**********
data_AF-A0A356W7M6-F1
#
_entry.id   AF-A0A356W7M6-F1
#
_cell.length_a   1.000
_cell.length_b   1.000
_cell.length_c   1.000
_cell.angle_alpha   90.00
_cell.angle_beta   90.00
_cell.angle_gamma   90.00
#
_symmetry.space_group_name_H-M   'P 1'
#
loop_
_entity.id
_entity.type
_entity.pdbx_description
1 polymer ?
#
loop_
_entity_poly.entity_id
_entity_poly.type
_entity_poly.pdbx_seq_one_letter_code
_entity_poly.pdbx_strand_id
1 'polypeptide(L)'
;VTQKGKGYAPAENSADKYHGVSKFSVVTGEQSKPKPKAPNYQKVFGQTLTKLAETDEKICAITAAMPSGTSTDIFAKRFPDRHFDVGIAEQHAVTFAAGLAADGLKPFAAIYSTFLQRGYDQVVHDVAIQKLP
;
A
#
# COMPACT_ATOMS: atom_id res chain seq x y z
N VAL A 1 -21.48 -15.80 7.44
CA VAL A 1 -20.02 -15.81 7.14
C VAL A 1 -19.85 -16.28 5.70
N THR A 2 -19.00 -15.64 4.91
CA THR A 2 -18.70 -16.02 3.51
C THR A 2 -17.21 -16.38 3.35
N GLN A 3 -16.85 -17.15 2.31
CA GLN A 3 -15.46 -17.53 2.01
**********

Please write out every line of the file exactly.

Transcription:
data_AF-A0A356W7M6-F1
#
_entry.id   AF-A0A356W7M6-F1
#
_cell.length_a   1.000
_cell.length_b   1.000
_cell.length_c   1.000
_cell.angle_alpha   90.00
_cell.angle_beta   90.00
_cell.angle_gamma   90.00
#
_symmetry.space_group_name_H-M   'P 1'
#
loop_
_entity.id
_entity.type
_entity.pdbx_description
1 polymer ?
#
loop_
_entity_poly.entity_id
_entity_poly.type
_entity_poly.pdbx_seq_one_letter_code
_entity_poly.pdbx_strand_id
1 'polypeptide(L)'
;VTQKGKGYAPAENSADKYHGVSKFSVVTGEQSKPKPKAPNYQKVFGQTLTKLAETDEKICAITAAMPSGTSTDIFAKRFPDRHFDVGIAEQHAVTFAAGLAADGLKPFAAIYSTFLQRGYDQVVHDVAIQKLP
;
A
#
# COMPACT_ATOMS: atom_id res chain seq x y z
N VAL A 1 -21.48 -15.80 7.44
CA VAL A 1 -20.02 -15.81 7.14
C VAL A 1 -19.85 -16.28 5.70
N THR A 2 -19.00 -15.64 4.91
CA THR A 2 -18.70 -16.02 3.51
C THR A 2 -17.21 -16.38 3.35
N GLN A 3 -16.85 -17.15 2.31
CA GLN A 3 -15.46 -17.53 2.01